There are only a handful of parents of young children in my company. I’m a formal mentor to some and do regular check-ins with others to make sure they are OK. I also speak out if and when colleagues who don’t have firsthand parenting experience need a little help to understand responsibilities that our working parents are juggling every day. 

What has it been like starting your family abroad? What support (practical and emotional) do you rely on? Have you established your support network?
It’s been good! Our family – especially the grandparents – would dearly love us to move home, but we try to send them photos and videos every day to keep in touch. 

In Hong Kong, there is no centre-based child care, but it’s affordable to hire a full-time caregiver, so our kids are looked after incredibly by their ‘Auntie’ while we’re at work. My husband and I are absolutely reliant on our caregiver – the house of cards would collapse in an instant without her. 

During my first parental leave, I spent a lot of time building a network of ‘parent’ friends, but the downside of Hong Kong is that people come and go quickly, and many of those lovely friends have since moved abroad. I had my second son just before COVID kicked off, and because of time pressures and social distancing restrictions, I haven’t managed to meet many new people the second time around. My biggest emotional support is my wonderful husband, but to be honest, I’m always so busy trying to juggle everything that I don’t find any time to think about support networks – I’m just trying to keep the wheels on the track!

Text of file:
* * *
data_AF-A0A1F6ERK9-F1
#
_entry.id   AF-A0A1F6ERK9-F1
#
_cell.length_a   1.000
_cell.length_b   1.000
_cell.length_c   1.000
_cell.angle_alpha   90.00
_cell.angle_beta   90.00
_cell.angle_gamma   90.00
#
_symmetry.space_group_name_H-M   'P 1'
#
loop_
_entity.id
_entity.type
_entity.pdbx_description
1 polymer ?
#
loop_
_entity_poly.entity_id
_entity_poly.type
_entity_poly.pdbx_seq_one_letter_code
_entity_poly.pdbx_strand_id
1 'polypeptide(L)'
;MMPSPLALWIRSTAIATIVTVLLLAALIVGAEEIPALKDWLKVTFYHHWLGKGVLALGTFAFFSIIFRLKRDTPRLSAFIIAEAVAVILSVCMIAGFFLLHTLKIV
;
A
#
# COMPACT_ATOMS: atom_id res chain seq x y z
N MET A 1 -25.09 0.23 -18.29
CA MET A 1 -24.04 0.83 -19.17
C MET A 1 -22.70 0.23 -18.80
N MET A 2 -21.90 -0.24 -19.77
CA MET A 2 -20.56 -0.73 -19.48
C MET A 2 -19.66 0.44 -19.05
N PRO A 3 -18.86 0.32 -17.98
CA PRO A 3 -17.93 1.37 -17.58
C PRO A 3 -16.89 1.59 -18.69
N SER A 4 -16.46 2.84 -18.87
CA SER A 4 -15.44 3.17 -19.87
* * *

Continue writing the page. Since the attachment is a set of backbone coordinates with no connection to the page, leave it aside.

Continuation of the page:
Do you have any particular routines or hacks that work for your family?
I’m probably the worst person to ask! Mornings are nuts, I almost always greet my elder son’s preschool educator with an apology for being late (again), and I feel ready for bed once drop-off is done!

Thinking more constructively, I find structure helpful. Most homes in Hong Kong are small – ours included. There isn’t much space for my sons to play and burn energy in our apartment, and they end up fighting a lot, so I like to set up a pretty full schedule of weekday activities for them. It creates variety, keeps them busy, and helps them sleep at night!

In the evenings, storytime before bed is sacred. Both our boys adore books, and snuggling up with them to share a story is a daily ritual that we all treasure. 

The best career or parenting advice I’ve ever received… Be relaxed about change. As soon as you nail the routine, things will change and you’ll have to adapt again.

I recharge by… errrmmm … this seems a luxury from a bygone era!

Spending time outdoors recharges and calms me. One of the amazing things about Hong Kong is that it has beaches within 20 minutes of home and 400km of hiking trails. I’m happy when I can see the sea or I’m surrounded by nature. 

I’m binge-watching… Trying, on Apple TV+. It’s a gentle comedy that follows a couple who are trying to adopt a child. I love the tenderness and humour, and because it’s set in North London, it reminds me of home!

I’m inspired by… people! Whether it’s by building a business, doing something generous, or just being a wonderful friend, I love seeing people’s achievements and discovering how and why they’ve done it.

Discover more Real Stories from our Circle In community HERE.

Share this post

Share on facebook
Share on twitter
Share on linkedin